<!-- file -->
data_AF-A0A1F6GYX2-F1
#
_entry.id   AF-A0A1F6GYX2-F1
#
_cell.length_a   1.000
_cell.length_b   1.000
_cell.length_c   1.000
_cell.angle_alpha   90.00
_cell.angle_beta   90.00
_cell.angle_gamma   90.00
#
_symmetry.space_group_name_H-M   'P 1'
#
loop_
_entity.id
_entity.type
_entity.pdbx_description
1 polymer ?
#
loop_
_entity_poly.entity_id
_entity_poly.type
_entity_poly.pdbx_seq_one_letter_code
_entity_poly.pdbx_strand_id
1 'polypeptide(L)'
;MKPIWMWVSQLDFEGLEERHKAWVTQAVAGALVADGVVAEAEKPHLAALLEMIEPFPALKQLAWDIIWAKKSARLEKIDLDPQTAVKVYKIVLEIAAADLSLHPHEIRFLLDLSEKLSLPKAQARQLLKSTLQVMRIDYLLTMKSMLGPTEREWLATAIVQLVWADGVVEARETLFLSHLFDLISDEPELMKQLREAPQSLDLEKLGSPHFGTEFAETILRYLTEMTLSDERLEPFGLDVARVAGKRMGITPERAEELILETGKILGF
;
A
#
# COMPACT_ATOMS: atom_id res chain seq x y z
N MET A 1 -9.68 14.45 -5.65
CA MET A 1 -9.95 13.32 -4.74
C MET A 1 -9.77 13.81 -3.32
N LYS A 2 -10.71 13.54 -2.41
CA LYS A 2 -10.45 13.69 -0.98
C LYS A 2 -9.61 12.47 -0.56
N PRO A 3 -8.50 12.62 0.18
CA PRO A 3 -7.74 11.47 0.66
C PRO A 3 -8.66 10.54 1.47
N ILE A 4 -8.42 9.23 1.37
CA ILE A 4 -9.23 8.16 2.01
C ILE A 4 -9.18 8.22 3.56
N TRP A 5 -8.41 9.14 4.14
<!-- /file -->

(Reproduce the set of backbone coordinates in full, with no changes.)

data_AF-A0A1F6GYX2-F1
#
_entry.id   AF-A0A1F6GYX2-F1
#
_cell.length_a   1.000
_cell.length_b   1.000
_cell.length_c   1.000
_cell.angle_alpha   90.00
_cell.angle_beta   90.00
_cell.angle_gamma   90.00
#
_symmetry.space_group_name_H-M   'P 1'
#
loop_
_entity.id
_entity.type
_entity.pdbx_description
1 polymer ?
#
loop_
_entity_poly.entity_id
_entity_poly.type
_entity_poly.pdbx_seq_one_letter_code
_entity_poly.pdbx_strand_id
1 'polypeptide(L)'
;MKPIWMWVSQLDFEGLEERHKAWVTQAVAGALVADGVVAEAEKPHLAALLEMIEPFPALKQLAWDIIWAKKSARLEKIDLDPQTAVKVYKIVLEIAAADLSLHPHEIRFLLDLSEKLSLPKAQARQLLKSTLQVMRIDYLLTMKSMLGPTEREWLATAIVQLVWADGVVEARETLFLSHLFDLISDEPELMKQLREAPQSLDLEKLGSPHFGTEFAETILRYLTEMTLSDERLEPFGLDVARVAGKRMGITPERAEELILETGKILGF
;
A
#
# COMPACT_ATOMS: atom_id res chain seq x y z
N MET A 1 -9.68 14.45 -5.65
CA MET A 1 -9.95 13.32 -4.74
C MET A 1 -9.77 13.81 -3.32
N LYS A 2 -10.71 13.54 -2.41
CA LYS A 2 -10.45 13.69 -0.98
C LYS A 2 -9.61 12.47 -0.56
N PRO A 3 -8.50 12.62 0.18
CA PRO A 3 -7.74 11.47 0.66
C PRO A 3 -8.66 10.54 1.47
N ILE A 4 -8.42 9.23 1.37
CA ILE A 4 -9.23 8.16 2.01
C ILE A 4 -9.18 8.22 3.56
N TRP A 5 -8.41 9.14 4.14